I want to preface this by saying Alfonso Cuaron is a genius. Not only did he write and direct Children of Men, my own pick for top film ever, he also wrote and directed Y Tu Mama Tambien, another personal favorite. That’s why it pains me to characterize Roma, a critically acclaimed, gorgeous piece of cinema, and his own most personal film ever, as a severe missed opportunity.
The big problem with the film, for me, is that it’s dishonest, which is a particularly sad thing to say about a film from a director whose clear-eyed honesty has been a bracing constant throughout his oeuvre. I don’t think he’s intentionally or even consciously dishonest, but he has produced a dishonest film, and for very specific reasons.
I have to admit I was worried from the start when I heard how meticulously Cuaron was seeking to recreate his own childhood, to the point of reconstructing his childhood home, and casting actors who were dopplegangers of their real life inspirations. Recreation, after all, is not reality, and the semblance of fidelity can mislead you into believing you are delivering truth, when the cinema is all about illusion.
That, I believe is what happened here. The story is obstensibly from the point of view of Cleo, a nanny and housekeeper in the employ of an upper middle-class family in 1970s Mexico. But the family is Alfonso Cuaron’s family, and therefore the story is actually from the viewpoint of a child in the family. That fact is the central lie of the film.
The bond between a privileged child and a beloved hired caregiver has been told many times before. At least in The Help, it was clear that the young white journalist was the POV character. Roma, on the other hand, masquerades as Cleo’s own story, while giving us exclusively what the child would have perceived –a saintlike figure whose entire life revolves around the employer’s children, to the virtual exclusion of other attachments, or any meaningful life outside the household.
Because this is Cuaron, there are hints of a better, more insightful movie here, often, as is typical for Cuaron, sublimated in the background. A party scene hints at a violent conflict between the wealthy, land-arrogating cousins of the central family, and the villagers they’ve cheated out of their property. An off-handed later comment makes it clear that Cleo and her charges have been born into opposite sides in this particular war –Cleo’s own mother having been displaced by people much like the central family’s relatives. For a while, I even gave Cuaron the benefit of the doubt –perhaps, as with Y Tu Mama, the real story was playing out entirely in the background, as in Donald Glover’s “This is America” video.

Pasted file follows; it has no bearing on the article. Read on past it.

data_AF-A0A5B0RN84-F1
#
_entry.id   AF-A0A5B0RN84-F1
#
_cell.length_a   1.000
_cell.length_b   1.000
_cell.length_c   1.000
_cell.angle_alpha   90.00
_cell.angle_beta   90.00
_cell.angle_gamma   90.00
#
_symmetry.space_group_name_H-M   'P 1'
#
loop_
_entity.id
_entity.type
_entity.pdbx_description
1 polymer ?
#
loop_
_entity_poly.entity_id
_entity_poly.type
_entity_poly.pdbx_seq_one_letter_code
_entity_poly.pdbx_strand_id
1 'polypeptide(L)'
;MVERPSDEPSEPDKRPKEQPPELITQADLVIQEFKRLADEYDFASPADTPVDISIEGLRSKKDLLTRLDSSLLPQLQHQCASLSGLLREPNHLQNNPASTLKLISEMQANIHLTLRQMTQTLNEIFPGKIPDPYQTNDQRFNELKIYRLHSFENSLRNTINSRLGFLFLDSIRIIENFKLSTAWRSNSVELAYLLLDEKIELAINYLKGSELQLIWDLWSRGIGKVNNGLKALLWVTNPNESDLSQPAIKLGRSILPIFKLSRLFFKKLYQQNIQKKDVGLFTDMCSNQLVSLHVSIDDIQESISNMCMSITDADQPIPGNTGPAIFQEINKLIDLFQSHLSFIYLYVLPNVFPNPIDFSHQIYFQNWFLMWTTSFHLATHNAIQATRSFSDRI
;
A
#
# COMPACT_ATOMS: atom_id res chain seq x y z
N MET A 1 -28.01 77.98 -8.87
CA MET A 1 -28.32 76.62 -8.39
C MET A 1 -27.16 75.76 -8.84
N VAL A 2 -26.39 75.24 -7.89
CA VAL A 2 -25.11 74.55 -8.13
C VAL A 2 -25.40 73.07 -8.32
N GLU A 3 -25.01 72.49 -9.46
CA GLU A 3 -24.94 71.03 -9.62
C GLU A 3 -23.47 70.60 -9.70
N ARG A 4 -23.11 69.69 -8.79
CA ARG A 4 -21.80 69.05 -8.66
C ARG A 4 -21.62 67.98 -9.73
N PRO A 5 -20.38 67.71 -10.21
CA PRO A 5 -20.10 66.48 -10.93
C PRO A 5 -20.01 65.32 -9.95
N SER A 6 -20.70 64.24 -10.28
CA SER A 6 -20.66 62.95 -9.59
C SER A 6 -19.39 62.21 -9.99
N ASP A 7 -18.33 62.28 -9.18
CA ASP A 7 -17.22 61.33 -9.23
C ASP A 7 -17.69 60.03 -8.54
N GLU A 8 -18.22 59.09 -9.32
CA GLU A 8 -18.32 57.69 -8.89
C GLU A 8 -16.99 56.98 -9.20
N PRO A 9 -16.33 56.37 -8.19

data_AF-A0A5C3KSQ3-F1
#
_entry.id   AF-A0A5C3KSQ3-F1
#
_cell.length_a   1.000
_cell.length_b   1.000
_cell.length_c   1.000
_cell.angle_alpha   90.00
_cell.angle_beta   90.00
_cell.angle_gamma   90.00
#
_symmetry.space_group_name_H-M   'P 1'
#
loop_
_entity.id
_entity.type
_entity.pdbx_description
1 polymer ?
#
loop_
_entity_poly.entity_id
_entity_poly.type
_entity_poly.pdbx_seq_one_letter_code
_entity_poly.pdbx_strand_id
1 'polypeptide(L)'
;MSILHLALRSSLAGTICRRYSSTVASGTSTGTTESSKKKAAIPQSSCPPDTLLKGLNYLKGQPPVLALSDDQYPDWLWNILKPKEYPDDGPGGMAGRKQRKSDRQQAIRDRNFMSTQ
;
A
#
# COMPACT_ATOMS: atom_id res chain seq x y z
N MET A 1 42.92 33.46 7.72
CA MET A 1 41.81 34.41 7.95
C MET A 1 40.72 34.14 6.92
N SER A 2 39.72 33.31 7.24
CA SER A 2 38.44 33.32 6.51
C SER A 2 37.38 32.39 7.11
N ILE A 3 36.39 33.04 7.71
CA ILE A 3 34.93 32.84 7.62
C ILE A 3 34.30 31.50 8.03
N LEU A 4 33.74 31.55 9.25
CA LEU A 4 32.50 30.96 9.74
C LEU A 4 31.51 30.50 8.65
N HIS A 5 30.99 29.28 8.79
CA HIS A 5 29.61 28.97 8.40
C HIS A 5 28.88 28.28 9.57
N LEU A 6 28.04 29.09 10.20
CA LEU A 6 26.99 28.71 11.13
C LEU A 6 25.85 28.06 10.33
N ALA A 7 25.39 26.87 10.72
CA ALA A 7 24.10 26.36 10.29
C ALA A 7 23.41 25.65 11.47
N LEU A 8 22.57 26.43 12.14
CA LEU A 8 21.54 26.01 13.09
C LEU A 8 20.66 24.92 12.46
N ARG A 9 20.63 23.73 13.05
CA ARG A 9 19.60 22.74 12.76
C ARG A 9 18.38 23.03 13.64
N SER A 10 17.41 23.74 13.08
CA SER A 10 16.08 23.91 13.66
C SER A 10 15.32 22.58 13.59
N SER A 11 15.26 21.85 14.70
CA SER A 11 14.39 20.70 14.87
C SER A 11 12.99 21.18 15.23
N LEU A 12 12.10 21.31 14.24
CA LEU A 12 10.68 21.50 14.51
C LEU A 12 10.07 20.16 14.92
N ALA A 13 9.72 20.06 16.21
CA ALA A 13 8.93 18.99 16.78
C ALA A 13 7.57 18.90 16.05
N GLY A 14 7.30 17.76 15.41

It was the very last scene of the movie that rid me of that hope. Cleo, immediately after suffering the tragedy of a stillborn baby, is comforted/exploited by the family’s jilted matriarch, who puts pressure on for Cleo to join them on holiday. The ostensible reason is for her to take her mind off her sorrows, but of course she ends up working her usual job, despite all the promises to the contrary. In a harrowing scene, Cleo, who cannot swim, plunges into the ocean, in an ultimately successful effort to save the lives of two of the family’s children.
Then, after they arrive home, Cleo heads off to her little servants’ quarters, where she lives with her best friend Adela the cook. Here, out of the sight and earshot of any of the family’s members, she can relax and be her real self, as Adela inquires about the holiday. At this point, I think I could have embraced Roma if Cleo had responded with anything approaching a real and legitimate reaction –from helpless tears to stoic resignation. But instead, Cleo smiles and says it was nice.
Worse, she really genuinely seems to believe it.
It’s here that we receive the final damning confirmation that the movie was directed by the sentimental child, and not the ruthlessly honest adult. This is a Cleo whose life is literally all about the kids she is hired to take care of.
It’s instructive here to consider, as contrast, another memory piece about a beloved caretaker, but a more honest one. There’s a scene in playwright Tony Kushner’s Caroline, or Change where a character based on the young Kushner fantasizes about his importance to his family’s maid, Caroline, and her own family, to the point that he pictures their dinnertime conversation revolving around him. This self-affirming vision, however, is presented in parallel with the reality: Once the day’s work is over, they aren’t occupied in thinking about him at all.